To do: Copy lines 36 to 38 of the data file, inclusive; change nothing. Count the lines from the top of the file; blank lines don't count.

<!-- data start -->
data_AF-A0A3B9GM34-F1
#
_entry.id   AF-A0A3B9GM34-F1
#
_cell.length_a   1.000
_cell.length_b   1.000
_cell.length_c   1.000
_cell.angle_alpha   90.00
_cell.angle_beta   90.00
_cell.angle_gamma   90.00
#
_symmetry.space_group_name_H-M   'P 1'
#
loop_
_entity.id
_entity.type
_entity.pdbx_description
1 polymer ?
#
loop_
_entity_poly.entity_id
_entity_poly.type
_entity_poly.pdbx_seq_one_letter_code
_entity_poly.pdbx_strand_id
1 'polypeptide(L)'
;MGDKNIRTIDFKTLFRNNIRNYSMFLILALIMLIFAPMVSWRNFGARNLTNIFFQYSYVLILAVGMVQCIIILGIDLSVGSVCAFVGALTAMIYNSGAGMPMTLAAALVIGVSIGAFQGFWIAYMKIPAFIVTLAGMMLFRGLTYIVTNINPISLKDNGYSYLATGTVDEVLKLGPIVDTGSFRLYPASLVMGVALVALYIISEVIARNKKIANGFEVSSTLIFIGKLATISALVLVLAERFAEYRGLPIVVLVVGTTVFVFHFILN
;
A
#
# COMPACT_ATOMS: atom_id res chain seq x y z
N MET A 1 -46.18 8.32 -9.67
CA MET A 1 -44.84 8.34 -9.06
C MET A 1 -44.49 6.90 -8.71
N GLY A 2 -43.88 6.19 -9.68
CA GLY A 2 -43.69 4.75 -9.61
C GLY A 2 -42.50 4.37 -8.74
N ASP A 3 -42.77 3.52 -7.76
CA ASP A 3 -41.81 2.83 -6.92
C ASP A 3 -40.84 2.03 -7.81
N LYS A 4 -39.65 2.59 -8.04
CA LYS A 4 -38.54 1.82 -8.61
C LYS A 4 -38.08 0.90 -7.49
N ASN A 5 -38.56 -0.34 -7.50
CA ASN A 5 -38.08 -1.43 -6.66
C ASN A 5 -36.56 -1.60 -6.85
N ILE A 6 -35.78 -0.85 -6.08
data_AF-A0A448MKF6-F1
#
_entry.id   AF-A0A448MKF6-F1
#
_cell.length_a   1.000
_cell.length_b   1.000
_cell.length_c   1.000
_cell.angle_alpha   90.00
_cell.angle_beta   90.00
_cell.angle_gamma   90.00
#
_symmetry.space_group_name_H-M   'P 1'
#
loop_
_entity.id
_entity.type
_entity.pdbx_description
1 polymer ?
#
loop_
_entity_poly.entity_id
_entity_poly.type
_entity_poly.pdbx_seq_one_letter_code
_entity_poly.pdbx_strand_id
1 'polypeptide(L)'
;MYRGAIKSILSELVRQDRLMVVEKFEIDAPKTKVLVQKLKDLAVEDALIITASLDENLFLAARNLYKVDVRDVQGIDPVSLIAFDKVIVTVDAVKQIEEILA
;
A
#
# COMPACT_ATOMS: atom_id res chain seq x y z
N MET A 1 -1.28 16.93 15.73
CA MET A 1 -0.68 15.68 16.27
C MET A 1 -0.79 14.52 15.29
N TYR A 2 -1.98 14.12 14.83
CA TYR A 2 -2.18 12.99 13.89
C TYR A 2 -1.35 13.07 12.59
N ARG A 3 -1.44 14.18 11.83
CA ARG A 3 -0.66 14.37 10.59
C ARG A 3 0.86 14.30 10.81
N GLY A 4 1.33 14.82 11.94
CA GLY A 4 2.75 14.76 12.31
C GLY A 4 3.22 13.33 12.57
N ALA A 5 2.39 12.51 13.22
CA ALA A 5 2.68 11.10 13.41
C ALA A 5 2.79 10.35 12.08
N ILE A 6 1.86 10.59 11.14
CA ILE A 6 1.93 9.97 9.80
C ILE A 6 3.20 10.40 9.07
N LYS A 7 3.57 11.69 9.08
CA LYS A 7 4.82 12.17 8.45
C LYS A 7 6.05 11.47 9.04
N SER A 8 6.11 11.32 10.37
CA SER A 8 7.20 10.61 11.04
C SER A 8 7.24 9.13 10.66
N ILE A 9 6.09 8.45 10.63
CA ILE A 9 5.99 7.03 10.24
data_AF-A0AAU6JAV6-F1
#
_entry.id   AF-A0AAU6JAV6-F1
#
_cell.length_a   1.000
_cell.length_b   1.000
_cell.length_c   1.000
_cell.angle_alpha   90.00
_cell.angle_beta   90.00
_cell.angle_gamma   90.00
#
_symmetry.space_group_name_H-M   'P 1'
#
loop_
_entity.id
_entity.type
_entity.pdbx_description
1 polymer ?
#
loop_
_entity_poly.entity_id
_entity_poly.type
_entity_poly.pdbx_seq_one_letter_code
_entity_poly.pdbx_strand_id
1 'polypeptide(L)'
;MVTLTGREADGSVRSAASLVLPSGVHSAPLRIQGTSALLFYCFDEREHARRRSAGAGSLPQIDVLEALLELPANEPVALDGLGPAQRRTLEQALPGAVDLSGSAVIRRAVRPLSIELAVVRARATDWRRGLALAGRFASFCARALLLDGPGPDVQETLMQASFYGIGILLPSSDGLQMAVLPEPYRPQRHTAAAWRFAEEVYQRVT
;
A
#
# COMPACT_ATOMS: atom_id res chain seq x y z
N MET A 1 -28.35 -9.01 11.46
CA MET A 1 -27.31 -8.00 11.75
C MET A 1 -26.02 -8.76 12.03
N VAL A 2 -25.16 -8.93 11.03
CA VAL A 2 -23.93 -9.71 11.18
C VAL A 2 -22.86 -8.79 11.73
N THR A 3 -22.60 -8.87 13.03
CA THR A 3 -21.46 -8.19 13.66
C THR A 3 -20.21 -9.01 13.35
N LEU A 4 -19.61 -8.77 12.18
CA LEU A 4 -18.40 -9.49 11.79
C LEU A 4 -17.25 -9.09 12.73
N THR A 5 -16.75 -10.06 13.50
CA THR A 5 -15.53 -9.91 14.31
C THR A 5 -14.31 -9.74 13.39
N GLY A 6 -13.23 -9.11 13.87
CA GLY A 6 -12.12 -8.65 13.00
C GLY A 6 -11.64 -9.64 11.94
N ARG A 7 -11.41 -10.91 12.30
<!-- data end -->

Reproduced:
C GLY A 2 -42.50 4.37 -8.74
N ASP A 3 -42.77 3.52 -7.76
CA ASP A 3 -41.81 2.83 -6.92